Posted on: 27 April 2016
Filing Chapter 7 bankruptcy can be a huge help if you are in debt, and this filing will remain on your credit report for 10 years. While this is a long time, you should know that this does not mean you will not be able to get credit lines or loans for the entire time. Here are several things you can do to help improve your credit score after bankruptcy so you can get approved for a credit card or loan faster.
Effects of Chapter 7 on your credit
As soon as you file for Chapter 7, the bankruptcy court will post a public record on your credit report, and this will typically cause a credit score to decrease by 160 to 220 points. There is nothing you can do to change or prevent this from occurring, but you can start rebuilding your credit immediately after filing.
If you start working on your credit right away, you will have the ability to improve your credit score faster. One of the best ways to rebuild credit is to dispute any inaccuracies on your credit report. Another good option is to get a credit card or loan to start rebuilding positive credit history.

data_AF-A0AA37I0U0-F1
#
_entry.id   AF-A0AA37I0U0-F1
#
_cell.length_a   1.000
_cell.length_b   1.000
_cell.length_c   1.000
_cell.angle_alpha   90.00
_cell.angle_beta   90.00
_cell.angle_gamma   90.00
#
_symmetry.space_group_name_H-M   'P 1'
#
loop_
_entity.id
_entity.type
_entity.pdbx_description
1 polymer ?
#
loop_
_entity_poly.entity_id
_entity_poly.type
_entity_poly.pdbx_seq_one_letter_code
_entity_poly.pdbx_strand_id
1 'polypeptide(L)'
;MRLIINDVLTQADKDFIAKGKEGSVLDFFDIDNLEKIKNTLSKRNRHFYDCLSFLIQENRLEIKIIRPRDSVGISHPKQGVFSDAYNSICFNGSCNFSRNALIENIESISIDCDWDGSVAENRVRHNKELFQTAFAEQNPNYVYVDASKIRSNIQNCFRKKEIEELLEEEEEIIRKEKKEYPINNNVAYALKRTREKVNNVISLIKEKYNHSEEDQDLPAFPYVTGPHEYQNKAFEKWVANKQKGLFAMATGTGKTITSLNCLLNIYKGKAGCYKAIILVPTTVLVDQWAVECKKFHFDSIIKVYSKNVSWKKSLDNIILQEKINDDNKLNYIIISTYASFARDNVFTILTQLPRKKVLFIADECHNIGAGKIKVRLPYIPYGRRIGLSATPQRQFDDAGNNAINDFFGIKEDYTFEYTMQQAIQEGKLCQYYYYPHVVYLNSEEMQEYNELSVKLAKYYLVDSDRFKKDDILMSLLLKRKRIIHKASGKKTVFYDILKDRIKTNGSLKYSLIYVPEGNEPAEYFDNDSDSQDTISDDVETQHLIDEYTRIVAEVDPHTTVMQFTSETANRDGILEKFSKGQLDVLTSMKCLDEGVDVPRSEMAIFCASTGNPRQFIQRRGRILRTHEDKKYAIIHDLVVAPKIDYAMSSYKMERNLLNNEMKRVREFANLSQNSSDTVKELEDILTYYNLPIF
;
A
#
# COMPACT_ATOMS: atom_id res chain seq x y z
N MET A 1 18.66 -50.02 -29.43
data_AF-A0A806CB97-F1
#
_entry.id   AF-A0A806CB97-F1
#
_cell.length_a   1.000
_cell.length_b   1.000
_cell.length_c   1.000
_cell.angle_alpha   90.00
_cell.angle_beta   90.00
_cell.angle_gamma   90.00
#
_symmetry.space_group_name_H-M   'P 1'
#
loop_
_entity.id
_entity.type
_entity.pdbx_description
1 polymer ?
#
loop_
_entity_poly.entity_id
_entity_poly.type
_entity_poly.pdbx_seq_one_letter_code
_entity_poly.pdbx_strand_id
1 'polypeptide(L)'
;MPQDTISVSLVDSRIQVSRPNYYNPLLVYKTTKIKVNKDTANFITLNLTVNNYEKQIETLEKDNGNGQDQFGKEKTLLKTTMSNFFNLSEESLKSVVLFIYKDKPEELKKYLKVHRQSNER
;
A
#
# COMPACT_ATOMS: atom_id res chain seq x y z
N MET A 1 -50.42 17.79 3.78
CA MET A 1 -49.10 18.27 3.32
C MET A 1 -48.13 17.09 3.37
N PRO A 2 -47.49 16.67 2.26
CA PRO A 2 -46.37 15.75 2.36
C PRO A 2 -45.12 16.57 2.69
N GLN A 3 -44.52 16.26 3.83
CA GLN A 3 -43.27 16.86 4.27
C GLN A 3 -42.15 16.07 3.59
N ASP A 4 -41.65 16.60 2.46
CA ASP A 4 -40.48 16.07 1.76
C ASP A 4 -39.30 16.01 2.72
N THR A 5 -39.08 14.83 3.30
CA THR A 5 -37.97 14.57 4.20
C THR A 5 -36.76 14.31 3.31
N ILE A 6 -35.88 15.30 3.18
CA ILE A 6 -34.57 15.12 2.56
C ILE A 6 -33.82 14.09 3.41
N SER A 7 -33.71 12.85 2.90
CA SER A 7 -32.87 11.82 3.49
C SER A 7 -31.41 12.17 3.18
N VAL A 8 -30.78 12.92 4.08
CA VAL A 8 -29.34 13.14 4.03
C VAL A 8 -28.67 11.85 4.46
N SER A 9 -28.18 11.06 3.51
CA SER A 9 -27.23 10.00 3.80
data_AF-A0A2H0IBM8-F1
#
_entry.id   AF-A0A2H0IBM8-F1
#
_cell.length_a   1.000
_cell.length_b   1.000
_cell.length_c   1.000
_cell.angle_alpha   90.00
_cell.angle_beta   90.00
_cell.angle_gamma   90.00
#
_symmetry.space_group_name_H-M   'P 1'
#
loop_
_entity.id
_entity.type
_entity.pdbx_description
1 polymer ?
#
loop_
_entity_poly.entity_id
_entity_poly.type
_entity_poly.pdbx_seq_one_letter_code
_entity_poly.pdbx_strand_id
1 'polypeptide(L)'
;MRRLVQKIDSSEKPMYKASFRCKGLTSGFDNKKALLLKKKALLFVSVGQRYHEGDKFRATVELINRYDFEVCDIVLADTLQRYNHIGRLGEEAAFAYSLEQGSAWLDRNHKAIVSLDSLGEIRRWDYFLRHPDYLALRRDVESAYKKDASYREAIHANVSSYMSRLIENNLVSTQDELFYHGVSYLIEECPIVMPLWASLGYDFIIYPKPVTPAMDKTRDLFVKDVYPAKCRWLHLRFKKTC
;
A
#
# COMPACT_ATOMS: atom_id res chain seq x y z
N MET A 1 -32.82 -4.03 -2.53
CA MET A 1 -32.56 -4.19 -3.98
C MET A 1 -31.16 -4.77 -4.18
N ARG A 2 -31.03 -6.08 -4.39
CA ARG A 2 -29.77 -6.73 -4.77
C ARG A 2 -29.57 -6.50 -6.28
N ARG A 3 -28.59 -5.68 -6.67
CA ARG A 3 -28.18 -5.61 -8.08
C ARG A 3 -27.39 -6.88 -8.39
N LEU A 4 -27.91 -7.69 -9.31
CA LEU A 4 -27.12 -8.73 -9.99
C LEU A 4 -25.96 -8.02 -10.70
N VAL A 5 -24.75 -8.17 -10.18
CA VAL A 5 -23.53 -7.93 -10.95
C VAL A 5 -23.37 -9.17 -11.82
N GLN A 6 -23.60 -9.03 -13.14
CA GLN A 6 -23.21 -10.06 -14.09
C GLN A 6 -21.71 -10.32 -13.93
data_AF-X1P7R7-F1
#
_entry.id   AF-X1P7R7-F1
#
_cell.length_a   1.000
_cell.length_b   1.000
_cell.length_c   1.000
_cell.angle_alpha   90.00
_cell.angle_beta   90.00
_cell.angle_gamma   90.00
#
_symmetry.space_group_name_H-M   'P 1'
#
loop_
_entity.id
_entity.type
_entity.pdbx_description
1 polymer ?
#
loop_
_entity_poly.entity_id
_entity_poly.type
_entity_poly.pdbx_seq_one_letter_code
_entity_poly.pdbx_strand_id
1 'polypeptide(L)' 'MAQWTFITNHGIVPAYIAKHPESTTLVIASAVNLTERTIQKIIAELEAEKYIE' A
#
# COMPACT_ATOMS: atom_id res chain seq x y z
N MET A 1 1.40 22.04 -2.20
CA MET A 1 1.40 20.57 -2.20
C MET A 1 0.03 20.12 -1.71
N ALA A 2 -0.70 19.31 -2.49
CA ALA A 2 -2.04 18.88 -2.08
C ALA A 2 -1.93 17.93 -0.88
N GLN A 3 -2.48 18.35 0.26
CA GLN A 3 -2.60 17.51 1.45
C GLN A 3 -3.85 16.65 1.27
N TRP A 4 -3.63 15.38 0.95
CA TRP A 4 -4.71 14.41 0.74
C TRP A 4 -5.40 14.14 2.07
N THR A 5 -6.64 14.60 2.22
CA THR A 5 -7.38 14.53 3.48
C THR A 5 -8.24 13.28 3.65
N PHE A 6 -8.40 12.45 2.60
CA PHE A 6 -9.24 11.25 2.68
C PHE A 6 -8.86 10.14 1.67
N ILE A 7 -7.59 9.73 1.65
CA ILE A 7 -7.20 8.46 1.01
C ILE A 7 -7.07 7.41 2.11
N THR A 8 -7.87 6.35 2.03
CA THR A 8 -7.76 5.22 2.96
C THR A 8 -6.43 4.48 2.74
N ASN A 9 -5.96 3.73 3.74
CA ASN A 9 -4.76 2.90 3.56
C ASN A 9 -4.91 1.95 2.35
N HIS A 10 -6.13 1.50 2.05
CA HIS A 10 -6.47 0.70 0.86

Things to know about credit cards
To get a really good credit card, you will most likely need a credit score of 720 or higher, but there are credit cards that offer approvals for score under this. One of the best ways to begin is to apply for a secured credit card. This requires placing money in a bank account with the credit card company, and in return they will give you a credit card. If you do this and start using the card and repaying it on time, your credit score will improve. Once your credit score gets better, you can start applying for regular credit cards.
Things to know about loans
Getting a car loan will not be difficult to do after bankruptcy; however, you will pay a higher interest rate for your loan. In most cases, you will also be able to get a mortgage loan two years after you file. Of course, you will have a better chance of getting approved for any type of loan if you have a decent credit score. This is why you should immediately begin working on your credit after filing for bankruptcy.
For more information, contact Arthur M Richard or a similar legal professional.Share